CBS Chicago: Heavy rains soaking the Chicago area have prompted a flash flood warning for a huge portion of the Chicago area through late Sunday night, and officials at the Metropolitan Water Reclamation District reversed the flow of the Chicago River into Lake Michigan, dumping storm runoff and sewage into the lake.
“We have reversed the flow of the Chicago Area Waterway system to Lake Michigan at the Wilmette Pumping Station and at the Chicago River Controlling Works downtown to prevent overbank flooding,” MWRD officials wrote in a series of tweets. “There are several factors we consider when determining to release floodwater to the lake, including the rate the river water level is rising at each lakefront control location, whether the rainfall intensity is continuing or decreasing, and the storm conditions on the radar. We will continue to monitor the situation. During severe weather such as we are experiencing today the safety and health of our residents is our top priority. Please exercise caution and avoid flooded areas.”
Meantime, Lower Wacker Drive was closed due to flooding of the entire lower level, and Chicago firefighters rescued several homeless people from Lower Wacker Drive, after it flooded Sunday night. Fire Department officials said at least six people were rescued as of 11:15 p.m., and crews were searching for any more people in need.
With the ground already saturated from storms a few days ago, and several inches of rain falling since Saturday, streets, streams, and rivers have been inundated with storm runoff. The Chicago Riverwalk downtown also has flooded significantly, due to the torrential rain.
Flash flood warnings that expired late Sunday night have been replaced by areal flood warnings in Cook, DuPage, Lake, Will, Kane, McHenry, LaSalle, DeKalb, Grundy, Kankakee, Livingston, Iroquois, Kendall, and Ford counties through 1 p.m. Monday.
The National Weather Service said, while the rain was finally moving out by about 10:30 p.m., flood waters will be slow to recede, and local rivers and streams likely will continue to rise through Monday morning.
It wasn’t just Sunday’s rain that was the problem. Heavy rains a few days ago left the ground saturated, so the runoff had nowhere to go but into streets, streams, and rivers.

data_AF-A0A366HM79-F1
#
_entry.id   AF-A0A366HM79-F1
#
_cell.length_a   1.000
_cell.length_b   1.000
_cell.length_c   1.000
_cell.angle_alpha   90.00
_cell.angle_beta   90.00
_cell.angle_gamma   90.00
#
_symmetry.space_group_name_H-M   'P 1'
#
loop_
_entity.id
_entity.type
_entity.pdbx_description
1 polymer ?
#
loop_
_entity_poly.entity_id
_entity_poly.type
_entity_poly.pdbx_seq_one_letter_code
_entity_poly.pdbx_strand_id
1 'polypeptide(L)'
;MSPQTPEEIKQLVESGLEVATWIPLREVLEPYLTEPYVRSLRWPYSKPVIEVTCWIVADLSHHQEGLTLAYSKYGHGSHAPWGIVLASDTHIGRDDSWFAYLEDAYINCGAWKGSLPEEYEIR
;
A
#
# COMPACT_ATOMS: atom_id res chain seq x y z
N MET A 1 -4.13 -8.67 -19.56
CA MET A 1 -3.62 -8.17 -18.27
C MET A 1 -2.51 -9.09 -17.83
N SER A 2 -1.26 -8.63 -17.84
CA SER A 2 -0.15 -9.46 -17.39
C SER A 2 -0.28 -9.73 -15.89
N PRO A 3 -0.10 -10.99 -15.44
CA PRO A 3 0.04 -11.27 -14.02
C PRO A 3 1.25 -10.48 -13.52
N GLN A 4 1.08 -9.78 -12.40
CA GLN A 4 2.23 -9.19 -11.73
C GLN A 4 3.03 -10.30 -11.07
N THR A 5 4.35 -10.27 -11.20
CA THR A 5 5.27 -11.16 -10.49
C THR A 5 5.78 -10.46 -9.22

Even hours before Sunday’s storms began clearing out, some parts of the Chicago area already have had more than 8 inches of rain over the past five days, according to radar estimates.
There have been too many reports of flooded streets to count, with some roads turning into small rivers due to all the rain.
The National Weather Service said, even after the rain stops, the Chicago River will continue to rise through Monday morning, as storm runoff drains into the waterway.
Meantime, in north suburban Lake Forest, firefighters braved rising floodwaters to rescue drivers stranded in their cars. Fire officials said several vehicles were stuck at Deerpath Road and Skokie Highway. Firefighters were able to help everyone to safety.
Part of the Eisenhower Expressway also was shut down due to flooding. Illinois Department of Transportation trucks blocked the eastbound lanes at Des Plaines Avenue, forcing all traffic to turn around.
It was the same scene in west suburban Bellwood, with Mannheim Road and Randolph Street closed due to flooding.
Near Joliet and Plainfield, at Caton Farm and County Line roads, streets looked more like small rivers due to all the rain.
In Orland Park, Will-Cook Road has been closed between 151st and 159th, 135thStreet has been closed between LaGrange Road and Southwest Highway, and 108thAvenue has been closed from 159th Street to 163rd Street.
There also have been two unconfirmed reports of possible tornado sightings, although both appeared to be very brief, and relatively weak; one on the Grundy County and Will County line near the town of Reed, and the other near the town of Millington in Kendall and LaSalle counties.
A Lakeshore Flood Advisory goes into effect Monday and 1 a.m. and lasts through Tuesday at 1 a.m. as winds develop off the lake, and large waves up to 12 feet are possible.
A few scattered showers are possible again Monday and Tuesday, it shouldn’t add any appreciable amounts to the flooding threat, and things should dry out for a while.